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From Los Angeles, California, USA:

I have type 2 diabetes treated with metformin, and I've heard that cider vinegar is good for diabetes so I purchased a dietary supplement which contains kelp, cider vinegar, and lecithin. Is it safe to use this dietary supplement?


The management of any form of diabetes has become much more effective, and at the same time, more demanding. For this reason, people with diabetes often feel that they are surrendering too much of their lives to the dictates of a health care provider. One response to this is to add a component to this care that they are themselves responsible for. Cider vinegar with kelp and lecithin is harmless and may have a placebo effect which is beneficial, but it is in no sense a part of the orthodox treatment of any form of diabetes.


Additional comments from Dr. Tessa Lebinger:

I don't know anything about the other ingredients, but I would stay away from kelp. The high iodine content can cause thyroid problems.


Additional comments from David Mendosa, A Writer on the Web:

Cider and other types of vinegar slow down stomach emptying and therefore the rate of digestion. This reduces the glycemic impact of the meal, something that is indeed good for people with diabetes. Physiologists have long known that highly acidic solutions slow down stomach emptying. The surprise, however, is how little is needed to reduce blood glucose levels. Several studies have shown that a realistic amount of vinegar or lemon juice in the form of a salad dressing consumed with a mixed meal has significant blood glucose lowering effects. For example, four teaspoons of vinegar in a vinaigrette dressing (four teaspoons vinegar and eight teaspoons oil) taken with an average meal lowered blood glucose by as much as 30 percent. These findings have important implications for people with diabetes or individuals at risk of diabetes, coronary heart disease, or the metabolic syndrome.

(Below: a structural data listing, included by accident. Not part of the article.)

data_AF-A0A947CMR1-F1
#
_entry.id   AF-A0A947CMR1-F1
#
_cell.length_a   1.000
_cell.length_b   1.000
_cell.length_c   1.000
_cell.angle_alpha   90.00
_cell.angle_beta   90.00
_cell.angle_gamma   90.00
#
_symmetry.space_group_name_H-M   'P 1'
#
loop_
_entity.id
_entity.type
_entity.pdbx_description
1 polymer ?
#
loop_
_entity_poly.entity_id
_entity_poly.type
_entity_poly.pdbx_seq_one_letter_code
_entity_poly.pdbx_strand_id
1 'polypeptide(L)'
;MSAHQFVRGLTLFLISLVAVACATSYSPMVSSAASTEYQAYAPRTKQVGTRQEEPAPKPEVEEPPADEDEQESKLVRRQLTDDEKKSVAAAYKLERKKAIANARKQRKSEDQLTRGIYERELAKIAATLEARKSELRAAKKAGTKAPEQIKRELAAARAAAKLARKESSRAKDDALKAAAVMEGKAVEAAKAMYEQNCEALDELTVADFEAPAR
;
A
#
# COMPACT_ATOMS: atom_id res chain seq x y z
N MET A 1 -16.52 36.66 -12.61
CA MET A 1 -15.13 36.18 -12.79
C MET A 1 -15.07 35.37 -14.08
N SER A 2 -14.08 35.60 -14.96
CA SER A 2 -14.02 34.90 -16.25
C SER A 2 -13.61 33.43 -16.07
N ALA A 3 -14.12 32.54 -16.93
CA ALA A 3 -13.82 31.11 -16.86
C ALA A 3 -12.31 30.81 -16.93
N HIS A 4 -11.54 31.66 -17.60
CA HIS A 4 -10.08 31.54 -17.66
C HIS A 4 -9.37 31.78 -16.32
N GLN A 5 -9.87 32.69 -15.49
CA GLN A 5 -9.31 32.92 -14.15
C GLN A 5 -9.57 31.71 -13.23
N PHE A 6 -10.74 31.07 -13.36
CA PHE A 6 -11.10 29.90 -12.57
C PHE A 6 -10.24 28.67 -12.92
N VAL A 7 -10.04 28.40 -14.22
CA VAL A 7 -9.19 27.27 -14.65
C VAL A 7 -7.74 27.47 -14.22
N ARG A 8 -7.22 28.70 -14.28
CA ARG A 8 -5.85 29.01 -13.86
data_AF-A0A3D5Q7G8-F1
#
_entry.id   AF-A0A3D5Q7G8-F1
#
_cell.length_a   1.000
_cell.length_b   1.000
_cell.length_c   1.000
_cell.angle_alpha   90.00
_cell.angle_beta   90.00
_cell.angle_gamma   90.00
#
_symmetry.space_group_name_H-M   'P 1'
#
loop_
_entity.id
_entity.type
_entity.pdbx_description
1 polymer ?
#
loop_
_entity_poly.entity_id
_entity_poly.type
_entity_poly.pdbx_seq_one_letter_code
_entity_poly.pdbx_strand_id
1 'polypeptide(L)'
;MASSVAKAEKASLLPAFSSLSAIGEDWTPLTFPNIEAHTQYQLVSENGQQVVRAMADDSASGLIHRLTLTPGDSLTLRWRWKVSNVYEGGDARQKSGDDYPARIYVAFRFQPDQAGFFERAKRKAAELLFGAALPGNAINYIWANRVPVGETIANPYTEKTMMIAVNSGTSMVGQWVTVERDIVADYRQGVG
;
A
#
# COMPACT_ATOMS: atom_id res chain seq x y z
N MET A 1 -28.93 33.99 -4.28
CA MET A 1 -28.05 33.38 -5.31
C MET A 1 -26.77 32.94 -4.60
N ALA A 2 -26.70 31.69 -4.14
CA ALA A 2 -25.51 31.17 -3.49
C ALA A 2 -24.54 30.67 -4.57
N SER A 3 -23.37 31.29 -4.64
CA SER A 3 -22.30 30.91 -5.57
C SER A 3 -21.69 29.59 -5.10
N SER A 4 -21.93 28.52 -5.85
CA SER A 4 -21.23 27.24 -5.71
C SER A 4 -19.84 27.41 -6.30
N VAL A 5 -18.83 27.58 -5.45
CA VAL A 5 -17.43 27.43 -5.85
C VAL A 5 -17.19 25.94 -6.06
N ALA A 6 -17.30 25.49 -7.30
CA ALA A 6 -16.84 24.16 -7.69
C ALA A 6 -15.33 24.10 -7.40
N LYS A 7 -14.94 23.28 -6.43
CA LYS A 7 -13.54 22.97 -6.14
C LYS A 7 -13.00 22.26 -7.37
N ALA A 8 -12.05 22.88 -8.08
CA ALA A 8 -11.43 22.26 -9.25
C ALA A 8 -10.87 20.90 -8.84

The effect appears to be related to the acidity, because other organic acids (such as lactic acid and propionic acid) also have a blood glucose lowering effect. However, the degree of reduction varies with the type of acid. Acids that are small molecules work best. Thus hydrochloric acid -- the acid secreted by the cells in your stomach to kick start the digestion process is the best. However, don't even consider taking hydrochloric acid by mouth because it will burn the lining of the mouth, throat, and esophagus beyond repair.

Our studies have shown that lemon juice is just as powerful as vinegar. Lime juice is likely to work just as well. Acidic fruits such as passion fruit will also do the trick, but the more sugar they contain, the less likely an effect will be seen, because the two things will cancel each other out.

There is a section on vinegar from the forthcoming book that I am writing with Jennie Brand-Miller and Kaye Foster-Powell. What Makes My Blood Sugar Go Up...And Down? And 101 Other Frequently Asked Questions About Your Blood Glucose Levels to be published this summer by Marlowe & Company, New York.


Additional comments from Lois Schmidt Finney, diabetes dietitian:

I do not know of the use of vinegar for folks with diabetes. It is not recommended in any nutrition guidelines.


Additional comments from Dr. Stuart Brink:

It's safe but likely doesn't do anything at all except help the people manufacturing it and the people selling it to you. Sorry.


Original posting 15 Apr 2003
Posted to Alternative Therapies and Explanations


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Last Updated: Tuesday April 06, 2010 15:09:46
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